UK’s first socially distanced immersive concert launches to run for 60 days

Uk’s First Socially Distanced Immersive Concert Launches To Run For 60 Days
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Press Association
The UK’s first socially distanced immersive concert will offer a template for how the creative industries can return from “the brink of bankruptcy and ruin”, organisers have said.

Lockdown Town, created by One Night Records, spans five tunnels in London Bridge and will feature 300 different musicians across its 60-day run.

The show, which opens on October 2nd, will see audience members guided through a series of 15-minute performances from 1918 ragtime to 1950s rock and roll.

Camden Town singer-songwriter Simeon Hammond Dallas, Belfast’s Winnie Ama and soul artist Miss Baby Sol will all feature.

Designed by a team which builds stages at Glastonbury, some of the vaults will feature a giant train or hark back to the Second World War.

Speaking during a launch event on Wednesday, Tim Wilson, managing director of One Night Records, described the event as a “carousel of music”.

Audiences members look on during the launch of Lockdown Town (Kirsty O’Connor/PA)

He told the PA news agency: “One Night Records is like the fictional record shop you always wanted to find on the corner of your street. It is an adventure in music.


“All of the Covid safety stuff has been built within the world so our intention is that audiences arrive and the temperature checks, the masks that we give to people, the social distancing in groups and the hand sanitiser are all part of the experience and almost invisible.”

The launch event featured a “funeral procession for music” down the Southbank and across the Millennium Bridge, in reference to the plight of the creative industries.

The ‘funeral procession for music’ along the Southbank (Kirsty O’Connor/PA)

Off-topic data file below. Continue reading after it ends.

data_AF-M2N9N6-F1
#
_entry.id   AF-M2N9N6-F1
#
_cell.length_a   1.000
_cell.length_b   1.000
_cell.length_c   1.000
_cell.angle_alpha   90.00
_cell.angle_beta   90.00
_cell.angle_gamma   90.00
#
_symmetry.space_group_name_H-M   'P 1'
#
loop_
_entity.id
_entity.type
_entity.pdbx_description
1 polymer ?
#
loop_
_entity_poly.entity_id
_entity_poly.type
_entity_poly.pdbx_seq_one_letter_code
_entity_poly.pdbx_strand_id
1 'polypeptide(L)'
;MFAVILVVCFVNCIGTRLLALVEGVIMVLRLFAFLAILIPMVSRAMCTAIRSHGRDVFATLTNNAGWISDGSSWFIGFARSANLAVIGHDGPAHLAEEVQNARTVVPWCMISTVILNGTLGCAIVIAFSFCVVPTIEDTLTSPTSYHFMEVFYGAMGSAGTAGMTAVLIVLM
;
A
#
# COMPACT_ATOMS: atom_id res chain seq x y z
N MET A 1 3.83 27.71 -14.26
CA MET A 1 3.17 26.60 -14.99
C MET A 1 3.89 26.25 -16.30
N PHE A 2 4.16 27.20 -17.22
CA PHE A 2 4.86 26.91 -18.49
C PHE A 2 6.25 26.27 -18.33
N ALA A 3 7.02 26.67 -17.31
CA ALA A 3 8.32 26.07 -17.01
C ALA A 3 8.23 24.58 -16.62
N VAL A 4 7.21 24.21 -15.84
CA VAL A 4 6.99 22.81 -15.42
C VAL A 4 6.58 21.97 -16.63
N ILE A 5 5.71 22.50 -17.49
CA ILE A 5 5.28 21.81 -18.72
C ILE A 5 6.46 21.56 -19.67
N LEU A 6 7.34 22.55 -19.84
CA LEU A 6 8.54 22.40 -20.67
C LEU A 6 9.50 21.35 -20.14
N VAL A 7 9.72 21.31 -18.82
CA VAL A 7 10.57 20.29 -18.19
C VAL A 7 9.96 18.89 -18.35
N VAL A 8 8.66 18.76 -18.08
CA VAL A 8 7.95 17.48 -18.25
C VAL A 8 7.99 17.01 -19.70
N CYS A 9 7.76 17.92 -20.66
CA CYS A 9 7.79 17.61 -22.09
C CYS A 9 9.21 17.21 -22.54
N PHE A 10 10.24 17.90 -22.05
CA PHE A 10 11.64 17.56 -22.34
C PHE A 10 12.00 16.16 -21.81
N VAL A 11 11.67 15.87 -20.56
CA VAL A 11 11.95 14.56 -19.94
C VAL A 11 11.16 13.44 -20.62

Addressing the issues facing the sector, Wilson said: “I really hope we can set the example for how the creative industry can come back from the brink of bankruptcy and ruin.

“You look around London and around the country and around the world, cultural institutions are about to fall apart and many of them already have. It’s a pretty desperate situation.

“It is a fraction of the desperation of the pandemic picture, but nonetheless it is a desperate citation, and I hope the model we have built here at One Night Records can stand as a model for everyone else.”

People on the Millennium Bridge watch the funeral procession (Kirsty O’Connor/PA)

Lockdown Town’s director, Kerri McLean, said the event would “bolster” public confidence in the UK’s theatre.

McLean, who played strong-willed former slave Kitty Despard in Poldark, told PA: “Speaking to people, they are just so happy to be able to do what they love and do what they are skilled at, because it has been taken away.

“Hopefully this is a small supportive pillar to bolster the confidence of audiences to start going back to see shows.

“But also the creatives as well and the producers to go: ‘Things are difficult and they might not change for quite a long time but actually, how can we adapt what we do to make a model and framework and get this out there?’

“It feels golden at the moment. It feels like a golden opportunity.”

Lockdown Town by One Night Records runs from October to December 30th.

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